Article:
Title: WRITING AN EFFECTIVE MANUSCRIPT REVIEW ,  By: Waser, Nickolas M., Price, Mary V., Bioscience, 00063568, Sep92, Vol. 42, Issue 8
Database: MasterFILE Premier
Section: The Professional Biologist

A nonconfrontational attitude
Specific tips
Don't be shy!
Advice for authors, too
Action items
References cited

Written dissemination of information is an essential part of science. As biologists, we all are or will be authors. But our commitment to publication does not end there; we also are or will be called on to provide peer review of manuscripts submitted to journals.

Our reviewing efforts are important. We have the opportunity to help authors improve the effectiveness of their message and to strengthen analysis and interpretation of results. We can improve our own writing by critically scrutinizing that of others. The discipline benefits, because clearly articulated and interpreted results stimulate further productive research. And, finally, society benefits if accurate information is available to guide public policy. Indeed, the credibility of modern science and the value of science-based policy ultimately depend on the quality of peer review. The entire enterprise suffers when a rigorous peer review process is bypassed, as often occurs in the so-called gray literature produced by government agencies and consulting firms.

How can we improve the effectiveness of our reviews ? Manuscript writing is learned by trial and error (who doesn't wince on re-reading an early publication?). We also imitate other writers and heed the advice of senior colleagues and how-to manuals (e.g., CBE 1983, Day 1983, McMillan 1988). our training as reviewers relies on a smaller range of experiences. When articles that we reviewed appear in print, we see what our input has achieved. The reviews we receive of our own manuscripts illustrate styles that encourage and educate or discourage and infuriate. Most writing manuals contain little or nothing about reviewing, and the confidentiality of the process restricts the opportunity to imitate or collaborate with senior colleagues. To help fill this void, this article offers suggestions, distilled from the authors' experiences and those of colleagues, that should enhance reviewing effectiveness without requiring any compromise of rigor. These suggestions complement those of Rosenzweig et al. (1988) and Gaugler and Freckman (1990), who have addressed parallel issues in discussing the effect of reviewers on funding of grant proposals.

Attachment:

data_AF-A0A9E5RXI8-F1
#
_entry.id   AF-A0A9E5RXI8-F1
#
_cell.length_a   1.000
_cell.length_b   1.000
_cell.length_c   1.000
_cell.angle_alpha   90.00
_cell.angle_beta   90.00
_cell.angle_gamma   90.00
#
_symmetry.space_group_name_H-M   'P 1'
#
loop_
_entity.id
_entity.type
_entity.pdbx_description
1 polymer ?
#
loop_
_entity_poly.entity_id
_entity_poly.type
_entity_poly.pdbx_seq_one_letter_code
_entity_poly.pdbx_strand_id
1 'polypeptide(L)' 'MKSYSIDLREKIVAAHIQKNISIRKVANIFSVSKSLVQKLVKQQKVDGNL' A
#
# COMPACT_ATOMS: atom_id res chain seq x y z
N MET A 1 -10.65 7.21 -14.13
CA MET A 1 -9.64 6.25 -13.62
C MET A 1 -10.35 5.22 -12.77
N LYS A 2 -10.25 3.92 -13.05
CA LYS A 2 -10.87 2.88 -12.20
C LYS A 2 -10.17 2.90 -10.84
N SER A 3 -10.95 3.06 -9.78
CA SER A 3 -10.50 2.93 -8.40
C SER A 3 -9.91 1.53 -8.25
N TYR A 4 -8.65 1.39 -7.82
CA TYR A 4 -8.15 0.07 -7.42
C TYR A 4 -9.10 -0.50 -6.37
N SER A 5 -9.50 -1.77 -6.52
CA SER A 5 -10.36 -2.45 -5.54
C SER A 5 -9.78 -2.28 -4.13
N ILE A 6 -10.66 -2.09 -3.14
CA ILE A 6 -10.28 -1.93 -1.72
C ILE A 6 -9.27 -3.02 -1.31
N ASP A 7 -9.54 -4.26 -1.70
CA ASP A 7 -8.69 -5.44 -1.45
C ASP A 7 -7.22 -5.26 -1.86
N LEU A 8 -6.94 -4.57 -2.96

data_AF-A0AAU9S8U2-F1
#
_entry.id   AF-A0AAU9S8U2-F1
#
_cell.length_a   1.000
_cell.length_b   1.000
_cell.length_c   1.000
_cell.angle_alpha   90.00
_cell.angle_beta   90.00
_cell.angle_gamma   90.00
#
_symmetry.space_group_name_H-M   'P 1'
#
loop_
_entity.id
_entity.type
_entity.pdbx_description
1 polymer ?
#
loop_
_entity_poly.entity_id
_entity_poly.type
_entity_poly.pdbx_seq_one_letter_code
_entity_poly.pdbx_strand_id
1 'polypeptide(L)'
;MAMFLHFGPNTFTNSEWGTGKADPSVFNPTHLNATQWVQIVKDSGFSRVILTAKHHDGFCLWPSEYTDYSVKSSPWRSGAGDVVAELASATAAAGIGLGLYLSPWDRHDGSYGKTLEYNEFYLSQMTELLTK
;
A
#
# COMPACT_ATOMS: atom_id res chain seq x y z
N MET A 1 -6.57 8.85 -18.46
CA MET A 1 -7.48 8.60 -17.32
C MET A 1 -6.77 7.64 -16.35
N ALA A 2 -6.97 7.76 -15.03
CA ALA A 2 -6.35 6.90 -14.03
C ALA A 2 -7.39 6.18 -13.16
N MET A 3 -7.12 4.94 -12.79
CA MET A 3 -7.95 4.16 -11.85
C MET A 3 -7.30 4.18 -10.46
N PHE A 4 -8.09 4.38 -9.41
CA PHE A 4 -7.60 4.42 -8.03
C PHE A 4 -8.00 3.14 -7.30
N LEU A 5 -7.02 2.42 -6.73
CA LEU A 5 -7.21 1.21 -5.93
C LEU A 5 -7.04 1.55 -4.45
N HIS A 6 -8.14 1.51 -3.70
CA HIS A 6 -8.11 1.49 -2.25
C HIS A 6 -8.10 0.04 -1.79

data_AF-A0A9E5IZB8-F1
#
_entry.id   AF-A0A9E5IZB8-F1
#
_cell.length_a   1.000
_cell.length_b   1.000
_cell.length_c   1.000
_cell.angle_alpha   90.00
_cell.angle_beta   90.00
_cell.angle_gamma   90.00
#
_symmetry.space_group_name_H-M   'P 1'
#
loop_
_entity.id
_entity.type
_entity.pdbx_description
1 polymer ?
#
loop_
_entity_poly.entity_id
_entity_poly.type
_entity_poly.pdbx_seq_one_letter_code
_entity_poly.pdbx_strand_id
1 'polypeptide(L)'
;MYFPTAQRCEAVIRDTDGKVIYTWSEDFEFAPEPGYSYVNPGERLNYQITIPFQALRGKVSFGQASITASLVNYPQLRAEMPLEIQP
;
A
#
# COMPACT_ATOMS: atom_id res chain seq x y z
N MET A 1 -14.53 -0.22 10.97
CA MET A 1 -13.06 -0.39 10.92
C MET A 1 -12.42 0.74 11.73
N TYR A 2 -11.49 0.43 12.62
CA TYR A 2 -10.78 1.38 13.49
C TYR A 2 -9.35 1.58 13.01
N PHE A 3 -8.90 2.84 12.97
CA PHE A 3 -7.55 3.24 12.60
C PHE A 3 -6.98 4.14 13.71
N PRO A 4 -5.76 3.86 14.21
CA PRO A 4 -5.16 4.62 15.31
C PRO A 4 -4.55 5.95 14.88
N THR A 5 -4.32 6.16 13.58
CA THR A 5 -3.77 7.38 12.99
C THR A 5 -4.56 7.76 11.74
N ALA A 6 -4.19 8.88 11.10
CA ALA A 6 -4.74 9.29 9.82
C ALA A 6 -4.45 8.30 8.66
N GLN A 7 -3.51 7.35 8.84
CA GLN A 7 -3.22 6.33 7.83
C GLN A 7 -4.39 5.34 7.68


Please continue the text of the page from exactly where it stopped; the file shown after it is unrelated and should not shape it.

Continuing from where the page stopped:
A nonconfrontational attitude

The review process all too often is needlessly antagonistic, for a variety of reasons. The explanation may lie in increases in the number of biologists competing for journal space and recognition, or just end-of-millennium testiness. Consider adopting the following noncon-frontational attitudes while reviewing.

Assume that you and the author share a common enterprise. The dictionary defines peer not only as a person of the same rank, but as a comrade and associate. Assume from the start that the author shares your enthusiasm for your scientific discipline, and allow yourself only reluctantly to be convinced otherwise.

Write to convince the author. Why be acidic or engage in personal attack behind a cloak of anonymity? Such tactics have much potential for harm (Packer 1989). At the least, nastiness will alienate the author (and the editor). Perhaps you have identified legitimate problems with the study, but, if your review is poorly received, the author may simply publish elsewhere or shelve a study that has value. To avoid writing such a failed review (the only correct description of one that is ignored), put yourself in the author's shoes and ask whether your review would be considered evenhanded and helpful. You can be direct in your criticisms, but be dispassionate and never engage in ad hominem attack.

Don't assume that your assignment is to sleuth out crimes. The authors have received reviews of their manuscripts that apologize for failing to find major flaws. Such apologies hint at a perhaps unconscious assumption that authors must be hiding something and that a reviewer's job is to unearth it. If no glaring flaws are evident, the temptation is to rail against "inadequate sample size," vaguely "inappropriate" analyses, or the like. Some journals explicitly instruct reviewers to identify flaws, an unfortunate emphasis.